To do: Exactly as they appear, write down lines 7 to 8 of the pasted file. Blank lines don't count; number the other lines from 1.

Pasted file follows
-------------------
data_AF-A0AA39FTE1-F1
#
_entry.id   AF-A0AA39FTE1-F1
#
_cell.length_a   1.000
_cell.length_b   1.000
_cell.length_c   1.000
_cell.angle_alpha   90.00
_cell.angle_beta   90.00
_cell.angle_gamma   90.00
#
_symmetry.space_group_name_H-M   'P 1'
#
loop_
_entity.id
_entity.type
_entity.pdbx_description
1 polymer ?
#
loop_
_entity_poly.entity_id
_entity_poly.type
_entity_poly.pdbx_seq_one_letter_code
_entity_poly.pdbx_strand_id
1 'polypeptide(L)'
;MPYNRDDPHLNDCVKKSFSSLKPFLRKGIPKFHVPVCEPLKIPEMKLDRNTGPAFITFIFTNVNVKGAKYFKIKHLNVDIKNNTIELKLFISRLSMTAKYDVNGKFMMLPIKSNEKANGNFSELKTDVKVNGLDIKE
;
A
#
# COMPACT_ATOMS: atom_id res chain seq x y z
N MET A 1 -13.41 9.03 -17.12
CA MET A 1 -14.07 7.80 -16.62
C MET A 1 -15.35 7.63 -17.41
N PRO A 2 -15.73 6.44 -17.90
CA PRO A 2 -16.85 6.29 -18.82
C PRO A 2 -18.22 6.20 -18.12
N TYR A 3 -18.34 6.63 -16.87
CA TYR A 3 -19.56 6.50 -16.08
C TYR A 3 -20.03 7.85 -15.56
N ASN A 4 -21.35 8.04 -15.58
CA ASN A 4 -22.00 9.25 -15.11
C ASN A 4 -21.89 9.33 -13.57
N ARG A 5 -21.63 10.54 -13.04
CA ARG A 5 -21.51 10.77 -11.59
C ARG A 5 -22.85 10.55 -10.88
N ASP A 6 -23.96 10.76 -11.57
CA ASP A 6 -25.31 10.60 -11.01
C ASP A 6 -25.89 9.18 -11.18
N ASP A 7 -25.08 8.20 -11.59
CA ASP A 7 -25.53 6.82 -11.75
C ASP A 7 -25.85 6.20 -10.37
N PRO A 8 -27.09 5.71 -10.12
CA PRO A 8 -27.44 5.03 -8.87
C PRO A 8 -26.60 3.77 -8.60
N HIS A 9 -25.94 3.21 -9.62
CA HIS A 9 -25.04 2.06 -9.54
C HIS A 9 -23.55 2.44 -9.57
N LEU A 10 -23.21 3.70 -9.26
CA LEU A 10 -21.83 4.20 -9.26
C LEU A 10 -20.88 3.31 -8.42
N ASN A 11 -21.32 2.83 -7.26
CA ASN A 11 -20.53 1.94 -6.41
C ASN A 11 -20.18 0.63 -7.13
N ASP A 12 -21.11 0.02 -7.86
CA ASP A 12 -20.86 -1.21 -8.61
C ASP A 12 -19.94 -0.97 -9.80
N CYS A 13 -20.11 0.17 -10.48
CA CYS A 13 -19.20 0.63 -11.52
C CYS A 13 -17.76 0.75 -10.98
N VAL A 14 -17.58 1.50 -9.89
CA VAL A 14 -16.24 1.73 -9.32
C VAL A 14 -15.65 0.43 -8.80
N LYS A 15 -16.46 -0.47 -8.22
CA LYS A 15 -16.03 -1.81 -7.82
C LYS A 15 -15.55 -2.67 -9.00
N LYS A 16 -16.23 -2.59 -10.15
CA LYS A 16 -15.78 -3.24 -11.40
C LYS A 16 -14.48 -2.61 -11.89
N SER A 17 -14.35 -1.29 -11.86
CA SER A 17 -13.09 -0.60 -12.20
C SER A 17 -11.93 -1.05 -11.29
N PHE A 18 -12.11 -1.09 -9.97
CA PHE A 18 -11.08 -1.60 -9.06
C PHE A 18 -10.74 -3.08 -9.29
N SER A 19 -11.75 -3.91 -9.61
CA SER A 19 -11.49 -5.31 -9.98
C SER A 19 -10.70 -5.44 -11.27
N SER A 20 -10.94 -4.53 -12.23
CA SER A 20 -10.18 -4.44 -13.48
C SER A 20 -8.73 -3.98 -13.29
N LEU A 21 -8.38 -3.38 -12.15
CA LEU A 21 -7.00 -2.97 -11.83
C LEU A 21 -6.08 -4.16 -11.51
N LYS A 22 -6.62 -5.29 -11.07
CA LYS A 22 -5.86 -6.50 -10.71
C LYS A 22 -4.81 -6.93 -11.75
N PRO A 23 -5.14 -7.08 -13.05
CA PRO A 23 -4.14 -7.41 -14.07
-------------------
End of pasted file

_cell.length_c   1.000
_cell.angle_alpha   90.00